When setting up a checking account with a bank or credit union, you’ll usually receive a free debit card that allows you to pay for expenses straight from your account. A debit card enables you to make secure and instant purchases in-store or online, as well as make cash withdrawals from ATMs.
In contrast, credit cards are a payment option in which you have to apply first. You’ll be approved or denied based on credit score, income, or even your fixed housing cost. These factors are all considered to determine how much your line of credit can be.
Besides this, the major difference between a debit and credit card is where the money gets pulled from when you make a purchase. For instance, when you use a debit card, the funds are automatically removed from your checking account. However, with a credit card, you’re given a line of credit and what you spend is added to a statement balance which you must pay off every month (or else you can face hefty interest fees).
There are pros and cons to both forms of card payment; however, there are certain instances of when to use one over the other. Read on to learn more about when to use a debit card instead of a credit card.
You Want to Manage Spending Better
One of the main reasons people use debit cards is to help manage their spending and stave off debt accumulation. Anytime you use a credit card, you essentially add on debt to your credit account until it is paid off. With a debit card, it is easier to not overspend since there is a finite amount of money in your checking account. However, there is such a thing as overdraft fees if you happen to reach the bottom of the barrel.
By keeping a vigilant eye on what is coming in and out of your checking, it’s often more manageable to budget your expenses. With credit cards, racking up debt can become a problem that some find to get out of hand over time.
You should use a debit card for daily expenses, such as gas, groceries, pharmacy, and more. These purchases are trackable and manageable versus using debit cards for large vacation trips (unless you’re going abroad and your credit card has foreign transaction fees) or expensive items. For these more significant expenses, using credit cards can be more beneficial to you.
You Need to Access Cash Fast
Another instance in which you should use a debit card instead of a credit card is when you need to access cash quickly. It’s true that you can use both forms of card payments to get cash from ATMs. However, it is considered a cash advance when you use a credit card in this situation. As a result, you’re immediately charged a high amount of interest on the transaction. Sometimes, even more than if you don’t pay off your statement balance from month to month.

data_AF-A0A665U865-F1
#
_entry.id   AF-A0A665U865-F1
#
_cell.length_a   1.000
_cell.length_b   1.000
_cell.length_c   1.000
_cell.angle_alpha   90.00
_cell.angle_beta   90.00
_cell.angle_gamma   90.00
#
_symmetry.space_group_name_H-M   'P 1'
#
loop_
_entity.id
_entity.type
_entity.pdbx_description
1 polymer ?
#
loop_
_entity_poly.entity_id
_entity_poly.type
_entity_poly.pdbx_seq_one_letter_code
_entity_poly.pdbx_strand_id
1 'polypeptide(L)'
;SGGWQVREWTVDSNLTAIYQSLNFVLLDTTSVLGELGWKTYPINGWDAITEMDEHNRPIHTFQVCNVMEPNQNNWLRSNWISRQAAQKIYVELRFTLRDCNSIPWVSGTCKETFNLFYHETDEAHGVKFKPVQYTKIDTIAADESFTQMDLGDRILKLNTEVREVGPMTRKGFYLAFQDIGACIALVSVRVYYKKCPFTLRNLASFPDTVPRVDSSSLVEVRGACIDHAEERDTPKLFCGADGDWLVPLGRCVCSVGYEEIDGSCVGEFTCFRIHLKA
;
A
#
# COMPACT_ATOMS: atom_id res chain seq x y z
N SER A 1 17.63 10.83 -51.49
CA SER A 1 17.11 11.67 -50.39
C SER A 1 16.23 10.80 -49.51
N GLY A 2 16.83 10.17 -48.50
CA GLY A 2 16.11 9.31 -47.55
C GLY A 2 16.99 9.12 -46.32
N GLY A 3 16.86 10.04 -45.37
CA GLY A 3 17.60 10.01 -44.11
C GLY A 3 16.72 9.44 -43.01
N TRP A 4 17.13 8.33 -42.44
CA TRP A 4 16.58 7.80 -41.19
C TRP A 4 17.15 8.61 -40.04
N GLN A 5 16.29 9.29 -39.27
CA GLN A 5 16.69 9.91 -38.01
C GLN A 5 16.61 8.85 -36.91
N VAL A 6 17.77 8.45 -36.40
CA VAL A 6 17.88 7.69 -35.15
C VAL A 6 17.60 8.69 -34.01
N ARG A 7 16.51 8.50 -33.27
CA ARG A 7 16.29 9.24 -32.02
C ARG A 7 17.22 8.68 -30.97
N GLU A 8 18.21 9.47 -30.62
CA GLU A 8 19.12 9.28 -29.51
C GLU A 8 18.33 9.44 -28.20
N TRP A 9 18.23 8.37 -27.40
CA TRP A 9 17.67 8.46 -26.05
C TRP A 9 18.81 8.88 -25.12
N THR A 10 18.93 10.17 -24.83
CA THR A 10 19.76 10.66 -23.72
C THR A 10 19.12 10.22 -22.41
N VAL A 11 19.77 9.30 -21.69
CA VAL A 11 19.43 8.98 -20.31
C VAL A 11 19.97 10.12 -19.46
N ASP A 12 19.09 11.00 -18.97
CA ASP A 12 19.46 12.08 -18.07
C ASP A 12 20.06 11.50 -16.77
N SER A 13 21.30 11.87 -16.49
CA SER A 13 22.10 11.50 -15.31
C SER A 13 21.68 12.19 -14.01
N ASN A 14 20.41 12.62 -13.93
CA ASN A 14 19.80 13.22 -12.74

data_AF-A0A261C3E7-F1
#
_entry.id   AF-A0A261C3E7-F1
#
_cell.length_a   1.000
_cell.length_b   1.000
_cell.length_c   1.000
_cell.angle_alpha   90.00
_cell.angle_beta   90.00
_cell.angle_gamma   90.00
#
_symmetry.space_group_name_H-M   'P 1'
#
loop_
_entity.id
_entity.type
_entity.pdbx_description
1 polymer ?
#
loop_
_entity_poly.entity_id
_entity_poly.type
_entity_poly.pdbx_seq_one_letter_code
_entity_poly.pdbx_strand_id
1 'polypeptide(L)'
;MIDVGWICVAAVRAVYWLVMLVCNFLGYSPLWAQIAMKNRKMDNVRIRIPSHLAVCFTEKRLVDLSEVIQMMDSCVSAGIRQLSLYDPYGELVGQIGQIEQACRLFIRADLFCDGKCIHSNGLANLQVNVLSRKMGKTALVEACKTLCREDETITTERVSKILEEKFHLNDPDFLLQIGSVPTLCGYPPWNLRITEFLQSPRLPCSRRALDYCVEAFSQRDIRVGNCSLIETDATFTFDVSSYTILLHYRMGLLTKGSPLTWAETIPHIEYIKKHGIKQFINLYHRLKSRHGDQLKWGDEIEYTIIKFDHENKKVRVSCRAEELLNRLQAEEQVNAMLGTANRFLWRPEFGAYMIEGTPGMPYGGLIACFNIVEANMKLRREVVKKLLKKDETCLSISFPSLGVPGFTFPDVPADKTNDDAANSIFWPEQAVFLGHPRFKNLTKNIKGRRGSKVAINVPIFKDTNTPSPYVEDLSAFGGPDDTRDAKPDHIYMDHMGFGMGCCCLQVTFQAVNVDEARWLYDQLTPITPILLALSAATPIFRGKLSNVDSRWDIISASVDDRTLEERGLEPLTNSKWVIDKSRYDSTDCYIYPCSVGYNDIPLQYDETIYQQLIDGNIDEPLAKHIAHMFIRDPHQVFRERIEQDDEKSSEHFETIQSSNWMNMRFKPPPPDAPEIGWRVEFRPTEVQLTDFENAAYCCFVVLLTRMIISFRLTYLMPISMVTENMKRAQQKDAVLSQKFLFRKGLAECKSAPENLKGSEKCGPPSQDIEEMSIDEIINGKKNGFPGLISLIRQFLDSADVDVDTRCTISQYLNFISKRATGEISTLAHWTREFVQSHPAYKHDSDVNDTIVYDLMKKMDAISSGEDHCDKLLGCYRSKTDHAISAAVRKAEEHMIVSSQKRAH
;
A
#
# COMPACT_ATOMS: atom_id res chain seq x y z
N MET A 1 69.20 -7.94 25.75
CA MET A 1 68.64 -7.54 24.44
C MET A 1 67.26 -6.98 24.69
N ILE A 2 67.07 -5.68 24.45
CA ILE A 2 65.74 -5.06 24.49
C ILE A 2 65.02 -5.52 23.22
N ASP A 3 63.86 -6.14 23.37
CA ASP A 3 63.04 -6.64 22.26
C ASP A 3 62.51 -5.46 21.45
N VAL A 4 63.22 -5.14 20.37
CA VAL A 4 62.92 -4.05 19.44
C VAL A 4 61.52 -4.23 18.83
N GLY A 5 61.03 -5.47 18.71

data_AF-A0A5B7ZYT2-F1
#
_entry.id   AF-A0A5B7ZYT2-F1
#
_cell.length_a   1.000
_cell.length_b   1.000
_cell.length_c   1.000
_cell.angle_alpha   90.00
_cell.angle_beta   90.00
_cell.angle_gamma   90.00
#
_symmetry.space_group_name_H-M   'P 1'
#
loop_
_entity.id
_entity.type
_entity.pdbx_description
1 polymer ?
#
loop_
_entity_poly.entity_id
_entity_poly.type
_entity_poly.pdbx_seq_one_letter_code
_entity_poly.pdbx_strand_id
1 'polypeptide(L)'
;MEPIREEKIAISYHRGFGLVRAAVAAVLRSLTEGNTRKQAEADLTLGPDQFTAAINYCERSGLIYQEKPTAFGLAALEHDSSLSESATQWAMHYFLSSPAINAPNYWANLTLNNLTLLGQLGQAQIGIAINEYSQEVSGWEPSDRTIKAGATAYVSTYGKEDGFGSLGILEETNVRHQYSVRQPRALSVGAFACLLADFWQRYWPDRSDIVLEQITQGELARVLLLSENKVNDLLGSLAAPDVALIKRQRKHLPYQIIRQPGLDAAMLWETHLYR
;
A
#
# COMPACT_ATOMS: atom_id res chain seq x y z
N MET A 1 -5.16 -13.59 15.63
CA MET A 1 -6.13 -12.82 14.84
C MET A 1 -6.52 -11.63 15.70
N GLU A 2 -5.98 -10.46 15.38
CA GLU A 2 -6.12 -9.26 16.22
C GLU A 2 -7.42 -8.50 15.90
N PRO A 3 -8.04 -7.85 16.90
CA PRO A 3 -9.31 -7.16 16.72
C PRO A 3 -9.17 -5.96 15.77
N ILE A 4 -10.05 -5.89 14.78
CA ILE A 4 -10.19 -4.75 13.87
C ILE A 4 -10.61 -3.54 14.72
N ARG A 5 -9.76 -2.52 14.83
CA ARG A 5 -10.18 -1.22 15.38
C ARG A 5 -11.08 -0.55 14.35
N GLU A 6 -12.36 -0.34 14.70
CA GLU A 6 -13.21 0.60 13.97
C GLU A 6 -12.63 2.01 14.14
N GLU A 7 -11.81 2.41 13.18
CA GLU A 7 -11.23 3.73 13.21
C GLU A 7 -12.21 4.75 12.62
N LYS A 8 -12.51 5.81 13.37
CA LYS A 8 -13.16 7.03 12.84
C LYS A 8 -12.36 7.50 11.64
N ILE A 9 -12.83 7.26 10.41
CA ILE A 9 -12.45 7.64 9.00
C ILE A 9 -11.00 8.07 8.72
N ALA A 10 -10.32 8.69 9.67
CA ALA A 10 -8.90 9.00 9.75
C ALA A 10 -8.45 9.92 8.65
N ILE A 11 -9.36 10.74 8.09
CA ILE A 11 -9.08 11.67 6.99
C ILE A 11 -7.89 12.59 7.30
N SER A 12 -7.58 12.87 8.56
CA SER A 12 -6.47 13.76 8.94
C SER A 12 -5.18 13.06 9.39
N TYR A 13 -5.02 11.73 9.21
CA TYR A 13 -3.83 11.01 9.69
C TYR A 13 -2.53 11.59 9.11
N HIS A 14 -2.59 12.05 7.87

That’s why you should always use a debit card to retrieve cash from an ATM. There will still be a small fee if you use an out-of-network ATM; however, if you’re in a pinch and can find an in-network ATM—the transaction will be completely free. Still, the out-of-network fee is not nearly as expensive as when you use a credit card to withdraw cash.
You Can Avoid Merchant Fees
When using a debit card, you can also avoid merchant fees that businesses typically charge credit cards. If a debit card isn’t charged a processing fee, it is often the better choice. Additionally, you may prefer using a debit card when making an international purchase if your credit card charges foreign transaction fees. Make sure to double check to see which fee is lower when traveling abroad.
You Don’t Want to Pay Annual Fees
A common positive of using a debit card is that you don’t have to pay annual fees. Many credit cards often have great rewards, but tote significant annual fees. Sometimes there is a surcharge added to a transaction for the ease of spending with credit, or a transaction will cost you in interest. As mentioned before, this is often the case at an ATM, or even when paying taxes or when paying a tuition bill. Why pay extra when you don’t have to?
The Bottom Line: Debit vs. Credit
All in all, it’s helpful to be as informed as possible when learning how to spend your hard-earned money. Debit is most advantageous when making everyday purchases and for withdrawing cash from ATMs. However, credit offers more anti-fraud protection and improves your credit score as you use it. Hopefully, this has helped you in boosting your financial literacy and deciding when to use a debit card instead of a credit card.
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